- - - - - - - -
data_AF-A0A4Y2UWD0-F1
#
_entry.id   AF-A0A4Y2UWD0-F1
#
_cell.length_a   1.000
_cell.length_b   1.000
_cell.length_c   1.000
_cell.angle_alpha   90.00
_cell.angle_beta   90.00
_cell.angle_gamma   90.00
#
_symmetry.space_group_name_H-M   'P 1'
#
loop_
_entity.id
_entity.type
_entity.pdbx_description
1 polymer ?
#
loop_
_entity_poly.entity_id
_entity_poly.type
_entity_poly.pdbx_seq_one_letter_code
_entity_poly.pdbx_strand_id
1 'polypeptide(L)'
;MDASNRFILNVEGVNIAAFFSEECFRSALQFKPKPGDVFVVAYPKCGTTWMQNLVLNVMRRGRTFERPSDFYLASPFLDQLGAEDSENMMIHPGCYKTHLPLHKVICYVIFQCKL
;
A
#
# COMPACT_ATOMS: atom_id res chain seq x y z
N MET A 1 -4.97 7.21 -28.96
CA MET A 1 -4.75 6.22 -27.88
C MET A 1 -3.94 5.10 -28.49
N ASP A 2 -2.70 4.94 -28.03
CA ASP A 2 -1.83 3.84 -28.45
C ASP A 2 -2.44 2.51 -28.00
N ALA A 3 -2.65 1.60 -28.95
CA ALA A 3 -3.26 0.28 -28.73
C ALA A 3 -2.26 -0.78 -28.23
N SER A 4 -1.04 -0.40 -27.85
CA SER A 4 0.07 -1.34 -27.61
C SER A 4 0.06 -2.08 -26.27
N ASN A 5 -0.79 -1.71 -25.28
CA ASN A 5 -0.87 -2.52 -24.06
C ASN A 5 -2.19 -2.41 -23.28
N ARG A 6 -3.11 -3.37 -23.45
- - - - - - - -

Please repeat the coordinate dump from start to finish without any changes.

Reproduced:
data_AF-A0A4Y2UWD0-F1
#
_entry.id   AF-A0A4Y2UWD0-F1
#
_cell.length_a   1.000
_cell.length_b   1.000
_cell.length_c   1.000
_cell.angle_alpha   90.00
_cell.angle_beta   90.00
_cell.angle_gamma   90.00
#
_symmetry.space_group_name_H-M   'P 1'
#
loop_
_entity.id
_entity.type
_entity.pdbx_description
1 polymer ?
#
loop_
_entity_poly.entity_id
_entity_poly.type
_entity_poly.pdbx_seq_one_letter_code
_entity_poly.pdbx_strand_id
1 'polypeptide(L)'
;MDASNRFILNVEGVNIAAFFSEECFRSALQFKPKPGDVFVVAYPKCGTTWMQNLVLNVMRRGRTFERPSDFYLASPFLDQLGAEDSENMMIHPGCYKTHLPLHKVICYVIFQCKL
;
A
#
# COMPACT_ATOMS: atom_id res chain seq x y z
N MET A 1 -4.97 7.21 -28.96
CA MET A 1 -4.75 6.22 -27.88
C MET A 1 -3.94 5.10 -28.49
N ASP A 2 -2.70 4.94 -28.03
CA ASP A 2 -1.83 3.84 -28.45
C ASP A 2 -2.44 2.51 -28.00
N ALA A 3 -2.65 1.60 -28.95
CA ALA A 3 -3.26 0.28 -28.73
C ALA A 3 -2.26 -0.78 -28.23
N SER A 4 -1.04 -0.40 -27.85
CA SER A 4 0.07 -1.34 -27.61
C SER A 4 0.06 -2.08 -26.27
N ASN A 5 -0.79 -1.71 -25.28
CA ASN A 5 -0.87 -2.52 -24.06
C ASN A 5 -2.19 -2.41 -23.28
N ARG A 6 -3.11 -3.37 -23.45